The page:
The families of Kyle Dempster and Scott Adamson made the difficult decision to call off the search for the hikers missing in Pakistan since August 22, reports CBS station KUTV in Salt Lake City, Utah.
In a statement, a spokesperson said: “Given the time that has elapsed and the nearly continuous stormy weather since they were last seen, and the substantial risks that such high-altitude missions entail, Kyle and Scott’s families have made the extremely difficult decision to end the search efforts.”
Severe weather hampered search efforts until Saturday. Two Pakistani military helicopters left Skardu in clear weather. They landed at basecamp on the Choktoi Glacier and picked up climber Thomas Huber (Austria) who would assist as an observer/spotter. An exhaustive and close-proximity initial search of the north face of the Ogre 2, the northeast ridge, and the glacial basin between the Ogre 2 and Ogre 1, yielded no sign of the pair. After refueling, the two helicopters made a second sweep of all sides of the mountain, from an even higher altitude, and again found no sign of Kyle and Scott.
Dempster and Adamson were known as world class climbers. Dempster was the first American to win the French mountaineering award, Piloet d’Or. He won it twice, most recently in 2013 when he scaled Ogre 1.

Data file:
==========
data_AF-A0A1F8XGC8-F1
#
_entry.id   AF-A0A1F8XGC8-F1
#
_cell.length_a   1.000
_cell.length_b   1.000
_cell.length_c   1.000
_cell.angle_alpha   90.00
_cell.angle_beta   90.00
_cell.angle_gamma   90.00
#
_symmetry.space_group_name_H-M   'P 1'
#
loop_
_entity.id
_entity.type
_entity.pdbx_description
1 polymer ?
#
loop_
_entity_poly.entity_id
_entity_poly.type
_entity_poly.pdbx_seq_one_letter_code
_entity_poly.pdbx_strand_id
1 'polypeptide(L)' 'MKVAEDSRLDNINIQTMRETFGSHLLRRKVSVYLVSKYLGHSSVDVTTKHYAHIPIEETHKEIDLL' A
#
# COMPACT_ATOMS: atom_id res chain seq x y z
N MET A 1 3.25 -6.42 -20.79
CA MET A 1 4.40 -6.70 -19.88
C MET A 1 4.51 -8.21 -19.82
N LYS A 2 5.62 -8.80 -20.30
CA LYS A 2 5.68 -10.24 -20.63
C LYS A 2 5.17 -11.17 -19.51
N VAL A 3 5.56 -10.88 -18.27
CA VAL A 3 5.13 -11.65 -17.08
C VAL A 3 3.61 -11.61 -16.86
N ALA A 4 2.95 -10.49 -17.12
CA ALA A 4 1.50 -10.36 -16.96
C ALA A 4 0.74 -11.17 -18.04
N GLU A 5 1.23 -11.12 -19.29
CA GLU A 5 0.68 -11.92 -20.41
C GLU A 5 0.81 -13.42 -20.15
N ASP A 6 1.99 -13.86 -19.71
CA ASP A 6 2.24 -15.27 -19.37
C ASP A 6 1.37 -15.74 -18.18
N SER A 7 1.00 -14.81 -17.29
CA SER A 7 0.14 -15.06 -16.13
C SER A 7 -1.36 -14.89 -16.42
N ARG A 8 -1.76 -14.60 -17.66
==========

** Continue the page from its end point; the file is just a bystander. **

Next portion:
“I think he had a huge impact on Salt Lake Climbing,” said Dempster’s childhood friend, Ty Snelling.
Snelling and Dempster opened a coffee shop called Higher Grounds in Millcreek 7 years ago.
“Kyle was always passionate about everything he did,” said Snelling. “He always would talk to people and share trips and stories. And listen to other people’s trips and stories.”
Those who knew Dempster and Adamson said they take solace knowing the two were lost doing what they love, but are still holding out hope.
Snelling said Dempster had been lost climbing once before and returned 20 days later.